Successful Family Court Appeals
A Second Chance
Successful Family Court Appeals give you a second chance. Unfortunately, you went to Family Court and lost. What are your options?
Successful Family Court Appeals – Options
- Live with the results and make the best of it.
- File a motion for reconsideration. Must be filed within 20 days of the Order. Warning, Judges do not like reversing themselves.
- File an appeal to the Appellate Division.
What goes into a successful Family Court appeal?
- Demonstrate the error made by the family court judge.
- Challenge the facts found by the family court judge
- Analyze and distinguish the law utilized by the family court judge
- Successful Family Court Appeals require:
- Filing a notice of appeal within 45 days of the order. in New Jersey, appeals are filed electronically.
- Payment of the filing fee.
- Ordering and paying for the transcripts.
Settling your Family Court Appeal
Naturally, your notice of appeal and case information statement will identify grounds for appeal and point headings. Surprisingly, many appeals are resolved via settlement. In fact, retired Appellate Division Judges mediate many Family Court Appeals.
What happens if I win my family court appeal?
Of course, this is the only important question. Under 25% of appeals result in reversal or Rheem aunt. a ream and gets sent back to the trial court. Most successful Family Court appeals result in a remand. Fortunately, you have proved the family court judge made an error. Now, you must get the fact and the law right. By and large, post-appeal remands are settled. The family court judge on remand, wants to do a good job. Of course, the family court judge wants the result to be correct. Remember, Family Court judges are humans, bright, capable and competitive.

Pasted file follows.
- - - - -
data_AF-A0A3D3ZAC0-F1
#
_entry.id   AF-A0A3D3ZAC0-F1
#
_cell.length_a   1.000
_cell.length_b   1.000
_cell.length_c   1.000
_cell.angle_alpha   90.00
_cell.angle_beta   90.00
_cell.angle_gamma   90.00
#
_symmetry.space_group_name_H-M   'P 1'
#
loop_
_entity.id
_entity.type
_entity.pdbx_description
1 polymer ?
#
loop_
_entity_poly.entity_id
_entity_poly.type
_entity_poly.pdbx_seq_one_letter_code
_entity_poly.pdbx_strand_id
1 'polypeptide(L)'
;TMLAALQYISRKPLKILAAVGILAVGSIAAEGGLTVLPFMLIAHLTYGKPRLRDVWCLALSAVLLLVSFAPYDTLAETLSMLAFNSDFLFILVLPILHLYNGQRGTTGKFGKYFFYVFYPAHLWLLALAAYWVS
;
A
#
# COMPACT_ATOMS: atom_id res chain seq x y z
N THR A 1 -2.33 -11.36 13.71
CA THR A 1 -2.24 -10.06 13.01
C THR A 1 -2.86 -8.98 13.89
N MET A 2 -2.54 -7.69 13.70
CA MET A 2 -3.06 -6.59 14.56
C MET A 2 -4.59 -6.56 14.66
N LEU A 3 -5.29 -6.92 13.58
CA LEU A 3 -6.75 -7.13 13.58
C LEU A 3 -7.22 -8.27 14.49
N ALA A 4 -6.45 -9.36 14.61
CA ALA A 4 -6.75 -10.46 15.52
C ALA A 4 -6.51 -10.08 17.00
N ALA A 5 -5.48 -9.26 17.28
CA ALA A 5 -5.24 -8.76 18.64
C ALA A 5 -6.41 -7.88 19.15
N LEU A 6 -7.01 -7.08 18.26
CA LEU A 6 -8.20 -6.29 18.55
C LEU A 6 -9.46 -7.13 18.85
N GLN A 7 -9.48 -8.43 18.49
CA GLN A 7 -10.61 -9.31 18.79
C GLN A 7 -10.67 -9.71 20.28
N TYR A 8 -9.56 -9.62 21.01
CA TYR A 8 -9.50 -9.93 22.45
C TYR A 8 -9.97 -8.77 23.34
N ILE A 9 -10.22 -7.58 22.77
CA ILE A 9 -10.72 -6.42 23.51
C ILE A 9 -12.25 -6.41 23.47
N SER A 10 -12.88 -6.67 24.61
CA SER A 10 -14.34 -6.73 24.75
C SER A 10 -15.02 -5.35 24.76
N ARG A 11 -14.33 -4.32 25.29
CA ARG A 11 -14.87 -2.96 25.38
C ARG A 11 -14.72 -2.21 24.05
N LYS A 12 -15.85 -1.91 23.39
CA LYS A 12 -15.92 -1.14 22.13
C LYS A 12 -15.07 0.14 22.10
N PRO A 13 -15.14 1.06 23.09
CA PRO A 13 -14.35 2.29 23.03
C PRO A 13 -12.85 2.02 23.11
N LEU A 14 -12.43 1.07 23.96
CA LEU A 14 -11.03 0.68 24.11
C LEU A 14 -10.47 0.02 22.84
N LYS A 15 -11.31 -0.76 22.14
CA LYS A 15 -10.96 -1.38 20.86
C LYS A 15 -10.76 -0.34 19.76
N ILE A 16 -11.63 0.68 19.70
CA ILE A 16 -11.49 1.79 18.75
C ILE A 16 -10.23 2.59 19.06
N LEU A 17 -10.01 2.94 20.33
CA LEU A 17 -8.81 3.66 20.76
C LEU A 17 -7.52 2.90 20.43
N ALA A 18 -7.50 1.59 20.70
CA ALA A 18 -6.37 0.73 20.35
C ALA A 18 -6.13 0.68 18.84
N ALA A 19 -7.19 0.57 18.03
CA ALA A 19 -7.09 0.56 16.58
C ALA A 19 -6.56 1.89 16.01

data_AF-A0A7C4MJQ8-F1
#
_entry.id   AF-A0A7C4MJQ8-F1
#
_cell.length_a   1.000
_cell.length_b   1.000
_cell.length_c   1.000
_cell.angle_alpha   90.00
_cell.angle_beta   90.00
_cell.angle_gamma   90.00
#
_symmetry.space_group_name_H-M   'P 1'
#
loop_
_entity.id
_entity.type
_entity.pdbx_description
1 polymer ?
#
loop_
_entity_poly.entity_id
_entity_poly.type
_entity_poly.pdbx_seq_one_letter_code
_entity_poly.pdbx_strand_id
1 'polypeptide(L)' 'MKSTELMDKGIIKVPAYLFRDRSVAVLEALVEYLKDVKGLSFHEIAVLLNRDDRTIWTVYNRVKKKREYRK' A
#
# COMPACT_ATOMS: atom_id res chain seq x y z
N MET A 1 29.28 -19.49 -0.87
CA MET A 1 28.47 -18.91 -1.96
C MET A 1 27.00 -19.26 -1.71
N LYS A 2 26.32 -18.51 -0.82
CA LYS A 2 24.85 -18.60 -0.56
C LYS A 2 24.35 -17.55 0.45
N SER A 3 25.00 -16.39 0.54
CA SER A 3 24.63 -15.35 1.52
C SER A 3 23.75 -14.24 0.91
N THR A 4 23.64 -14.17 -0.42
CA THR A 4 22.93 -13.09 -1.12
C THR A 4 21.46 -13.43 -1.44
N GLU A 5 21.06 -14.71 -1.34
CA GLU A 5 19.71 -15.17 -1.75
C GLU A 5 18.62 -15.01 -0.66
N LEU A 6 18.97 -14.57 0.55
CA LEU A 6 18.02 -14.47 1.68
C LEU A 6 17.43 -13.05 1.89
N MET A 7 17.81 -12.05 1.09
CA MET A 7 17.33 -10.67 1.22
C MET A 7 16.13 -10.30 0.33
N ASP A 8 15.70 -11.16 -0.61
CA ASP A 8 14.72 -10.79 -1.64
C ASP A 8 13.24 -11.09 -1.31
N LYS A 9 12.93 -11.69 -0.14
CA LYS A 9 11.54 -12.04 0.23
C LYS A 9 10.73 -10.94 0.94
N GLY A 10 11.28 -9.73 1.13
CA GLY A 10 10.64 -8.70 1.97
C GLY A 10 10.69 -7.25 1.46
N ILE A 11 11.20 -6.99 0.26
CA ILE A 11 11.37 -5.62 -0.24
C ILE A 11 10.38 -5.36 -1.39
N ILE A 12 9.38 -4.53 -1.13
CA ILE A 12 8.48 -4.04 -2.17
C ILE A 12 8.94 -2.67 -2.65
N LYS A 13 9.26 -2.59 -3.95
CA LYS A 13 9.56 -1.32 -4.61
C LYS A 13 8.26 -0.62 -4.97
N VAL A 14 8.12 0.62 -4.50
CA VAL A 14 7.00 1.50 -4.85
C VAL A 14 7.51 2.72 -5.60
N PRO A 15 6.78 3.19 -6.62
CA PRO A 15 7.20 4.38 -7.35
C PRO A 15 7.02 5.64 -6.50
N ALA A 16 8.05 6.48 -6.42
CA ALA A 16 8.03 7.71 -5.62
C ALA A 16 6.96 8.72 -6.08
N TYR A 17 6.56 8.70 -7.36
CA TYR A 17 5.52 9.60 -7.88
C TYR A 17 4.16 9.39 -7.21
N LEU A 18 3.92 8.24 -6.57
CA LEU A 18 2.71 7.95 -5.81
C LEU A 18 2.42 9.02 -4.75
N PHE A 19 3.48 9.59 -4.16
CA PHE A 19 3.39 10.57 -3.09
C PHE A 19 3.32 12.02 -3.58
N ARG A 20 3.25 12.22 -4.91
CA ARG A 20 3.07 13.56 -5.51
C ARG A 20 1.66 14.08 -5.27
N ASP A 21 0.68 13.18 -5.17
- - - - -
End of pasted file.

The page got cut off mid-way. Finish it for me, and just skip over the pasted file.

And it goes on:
A remand is ordered to correct mistakes.
Beware making the next mistake. Naturally, you and your family court lawyer or pleased with a remand. You won. On the contrary, you also bought more Family Court litigation. A remand is a tool. Optimally, utilize the tool for leverage.
Occasionally, the Appellate Division reverses the family court.
Rarely, the Appellate Division reverses the entire decision of the family court judge. In such case, the Appellate Division decides the issue. however, even then, some pieces of your family court case may land back in the hands of the family court judge. Bask in the light of Victory, but, remain focused on good long-term decision-making.
Successful Family Court Appeals take organization and persistence.
Here are words straight from the New Jersey Appellate Division and links to the home page.
The Appellate Division of the Superior Court is New Jersey’s intermediate Appellate Court. It is generally composed of 32 judges who sit in two and three judge panels chosen from parts consisting of four judges. Appellate Division judges hear appeals from decisions of the trial courts, the Tax Court, and State administrative agencies. The Appellate Division decides approximately 6,500 appeals and 10,000 motions each year.
The Appellate Division considers appeals timely taken as of right from the final judgments of the Law Division and the Chancery Division of the Superior Court, final judgments of the Tax Court and final decisions of state administrative agencies. Litigants requiring Appellate Division review of interlocutory or interim orders of a trial court or agency may do so only with leave of the Court. This requires the filing of a motion for leave to appeal, which may be granted and ruled upon immediately, granted and permitted to be processed for a later determination, or denied. If leave is denied, the party seeking review may do so as of right following the final judgment of the trial court or final decision of the administrative agency.